Navigating Asia-Pacific Health M&A In The Wake Of COVID
By Bernard Lui and Vanessa Ng (August 24, 2021)
2020 saw a wave of health care activity in the Asia-Pacific region.
Buyouts rose to a record high of 156 deals in 2020, up from 68 in 2019. Disclosed value reached a new peak of $16.9 billion compared with $11 billion the year earlier. This is attributed to macroeconomic trends such as aging populations and increasingly affordable health care, and favorable government policies encouraging local manufacturing and development of health care products.
Not surprisingly, biopharma contributed significantly to the increased number of buyouts, accounting for over half of the region's deals. AsiaPacific health care investors chose to place their bets on domestic innovation in biopharma and medtech.
In January 2021, DKSH Holding Ltd. announced two acquisitions in AsiaPacific: Bosung Scientific Co. Ltd., a Korean life sciences distributor, and MedWorkz Pte. Ltd., a medical device business in Singapore.
Health care information technology buyouts, including health tech, through sponsor investments and initial public offerings also were active. For developed markets, investors focused on nonhospital deals.
Singapore's investors have been investing heavily in health care startups due to the growing openness to health tech innovations that address the needs and problems of health care. For example, Lucence Diagnostics Pte. Ltd., a genomic medicine company from a Singapore-owned laboratory, raised SG$20 million ($14.8 million at current exchange rates in the U.S.) from investors for their technology to diagnose cancer through blood tests.
In respect of health care providers, emerging markets with less developed provider infrastructure saw a rise in hospital deals. In such markets, investors were inclined toward hospital targets such as acute care centers providing multidisciplinary or general care. For example, GIC Pte. Ltd., the Singaporean sovereign wealth fund, in partnership with Vingroup Joint Stock Co., invested in the Vietnamese private hospital operator Vinmec International Hospital Joint Stock Co. for $203 million.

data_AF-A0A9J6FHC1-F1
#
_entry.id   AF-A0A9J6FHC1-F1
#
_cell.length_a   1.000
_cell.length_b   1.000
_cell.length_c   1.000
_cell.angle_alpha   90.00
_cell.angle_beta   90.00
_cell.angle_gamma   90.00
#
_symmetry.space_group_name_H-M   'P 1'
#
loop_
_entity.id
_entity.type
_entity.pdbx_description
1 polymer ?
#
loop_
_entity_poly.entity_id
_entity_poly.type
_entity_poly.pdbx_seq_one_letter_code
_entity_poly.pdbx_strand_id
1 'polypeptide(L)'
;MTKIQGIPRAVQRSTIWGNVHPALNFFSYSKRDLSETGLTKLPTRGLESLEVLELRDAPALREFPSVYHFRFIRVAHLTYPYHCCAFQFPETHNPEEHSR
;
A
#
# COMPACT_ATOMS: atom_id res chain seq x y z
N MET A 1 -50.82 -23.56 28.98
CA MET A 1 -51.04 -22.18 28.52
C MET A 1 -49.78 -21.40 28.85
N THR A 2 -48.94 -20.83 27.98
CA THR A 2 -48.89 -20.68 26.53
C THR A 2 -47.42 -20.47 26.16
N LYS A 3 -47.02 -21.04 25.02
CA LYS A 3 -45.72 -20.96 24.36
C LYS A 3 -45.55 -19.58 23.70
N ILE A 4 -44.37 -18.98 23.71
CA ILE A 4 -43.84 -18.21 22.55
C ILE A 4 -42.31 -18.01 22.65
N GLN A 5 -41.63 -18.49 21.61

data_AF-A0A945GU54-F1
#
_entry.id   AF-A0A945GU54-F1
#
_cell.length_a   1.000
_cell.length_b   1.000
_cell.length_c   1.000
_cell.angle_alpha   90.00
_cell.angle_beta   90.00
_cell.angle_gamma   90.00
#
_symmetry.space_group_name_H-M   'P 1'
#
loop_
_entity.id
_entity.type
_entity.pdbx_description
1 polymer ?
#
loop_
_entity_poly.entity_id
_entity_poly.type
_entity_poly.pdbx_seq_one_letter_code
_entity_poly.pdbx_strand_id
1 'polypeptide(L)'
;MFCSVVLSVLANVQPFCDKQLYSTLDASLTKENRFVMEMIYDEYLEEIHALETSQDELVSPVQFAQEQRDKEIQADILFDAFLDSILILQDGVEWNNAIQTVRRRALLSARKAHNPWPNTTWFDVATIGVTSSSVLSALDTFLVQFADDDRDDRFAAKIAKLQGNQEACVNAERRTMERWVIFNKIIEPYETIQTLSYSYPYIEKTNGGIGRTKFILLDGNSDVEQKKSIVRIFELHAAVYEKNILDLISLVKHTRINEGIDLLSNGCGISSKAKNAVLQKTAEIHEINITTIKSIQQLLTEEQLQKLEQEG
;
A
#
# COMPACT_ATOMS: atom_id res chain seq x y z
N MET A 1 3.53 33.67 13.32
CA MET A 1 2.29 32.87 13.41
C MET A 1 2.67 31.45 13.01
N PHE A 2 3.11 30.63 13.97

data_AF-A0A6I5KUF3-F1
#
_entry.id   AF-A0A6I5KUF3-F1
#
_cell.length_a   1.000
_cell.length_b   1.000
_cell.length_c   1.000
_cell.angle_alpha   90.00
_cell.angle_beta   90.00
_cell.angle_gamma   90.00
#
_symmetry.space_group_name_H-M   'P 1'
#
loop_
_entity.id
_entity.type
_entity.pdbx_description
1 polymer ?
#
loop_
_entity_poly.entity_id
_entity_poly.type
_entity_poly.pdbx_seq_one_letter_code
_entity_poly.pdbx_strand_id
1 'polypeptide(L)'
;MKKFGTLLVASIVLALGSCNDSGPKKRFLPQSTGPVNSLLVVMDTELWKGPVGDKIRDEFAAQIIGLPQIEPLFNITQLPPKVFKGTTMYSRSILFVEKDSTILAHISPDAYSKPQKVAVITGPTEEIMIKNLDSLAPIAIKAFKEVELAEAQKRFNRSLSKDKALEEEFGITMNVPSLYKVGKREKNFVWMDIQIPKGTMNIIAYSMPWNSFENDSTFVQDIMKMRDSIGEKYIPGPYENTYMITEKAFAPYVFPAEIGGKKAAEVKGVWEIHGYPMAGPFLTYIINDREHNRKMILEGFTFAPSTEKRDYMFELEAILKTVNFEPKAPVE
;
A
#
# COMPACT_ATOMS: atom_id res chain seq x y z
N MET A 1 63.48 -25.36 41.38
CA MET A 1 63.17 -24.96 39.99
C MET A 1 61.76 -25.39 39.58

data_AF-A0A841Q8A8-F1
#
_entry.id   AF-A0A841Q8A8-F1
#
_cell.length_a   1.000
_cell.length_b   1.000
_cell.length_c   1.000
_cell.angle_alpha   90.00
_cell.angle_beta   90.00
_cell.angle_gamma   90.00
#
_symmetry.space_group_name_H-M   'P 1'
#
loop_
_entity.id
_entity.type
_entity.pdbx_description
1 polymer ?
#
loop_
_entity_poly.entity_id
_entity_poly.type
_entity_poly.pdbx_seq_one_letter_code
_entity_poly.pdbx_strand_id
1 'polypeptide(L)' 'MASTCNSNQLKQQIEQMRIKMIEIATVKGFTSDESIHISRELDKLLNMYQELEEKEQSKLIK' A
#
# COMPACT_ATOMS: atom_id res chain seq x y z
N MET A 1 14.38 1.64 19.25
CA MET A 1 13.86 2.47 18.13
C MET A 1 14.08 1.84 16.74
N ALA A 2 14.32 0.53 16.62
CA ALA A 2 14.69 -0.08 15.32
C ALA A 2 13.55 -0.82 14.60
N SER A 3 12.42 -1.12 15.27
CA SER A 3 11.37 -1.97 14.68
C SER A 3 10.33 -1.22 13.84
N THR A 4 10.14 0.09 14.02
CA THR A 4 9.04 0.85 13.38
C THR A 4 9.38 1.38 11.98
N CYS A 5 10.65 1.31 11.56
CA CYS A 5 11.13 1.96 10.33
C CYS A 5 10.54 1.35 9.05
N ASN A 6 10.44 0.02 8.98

Significant investment opportunities in Singapore and Asia-Pacific also were exhibited through the influx of digital health, or health tech. Not only did 2020 see an increase in new players in the digital health market, existing traditional health care facilities started to recognize the imperative need for digitalization even in the post-COVID-19 world.
The interest in investment opportunities in digital health has been prominent in Singapore even before the COVID-19 pandemic. The medical technology market is the fastest-growing segment in health care. In the Asia-Pacific region, the medical market has become the second-largest market globally, reaching $133 billion from $88 billion in 2015.
Health care companies have also used the increase in investments to expand their businesses. For example, Singapore-founded Verita Healthcare Group announced in late 2019 that it would be investing into three digital health companies, namely Heartvoice Pte.
Ltd., CelliHealth Pte. Ltd. and Hanako GmbH, as part of its international expansion strategy.
TE Asia Healthcare Partners, a Singapore-based private specialty health care group, will also be injecting $90 million with the intention to open specialized hospitals in Southeast Asia to increase its regional footprint.
Finally, the legal considerations for health care M&A deals remain largely similar for M&A deals generally in the post-COVID-19 world. Such considerations are as follows:
1. Valuation and Purchase Price
The pandemic has brought about uncertainty in the commercial world, and purchasers increasingly have to consider whether the effects of the pandemic will need to be taken into account in assessing the valuation of target companies, and if so, how that may be done.
This is exacerbated by the high likelihood of unforeseeable events and/or fluctuations that may affect the valuation and purchase price of these target companies even between signing and completion, therefore encouraging purchasers to consider price adjustment mechanisms or other mechanisms designed to mitigate the potential impacts of such fluctuations.
2. Legal Due Diligence
Purchasers may have to consider expanding the scope of legal due diligence in the wake of the pandemic in order to better assess the impact of the pandemic on the target business in particular areas such as:
The target business's level of exposure to and reliance on jurisdiction which are severely affected by the pandemic, which may impact the viability and future prospects of the business;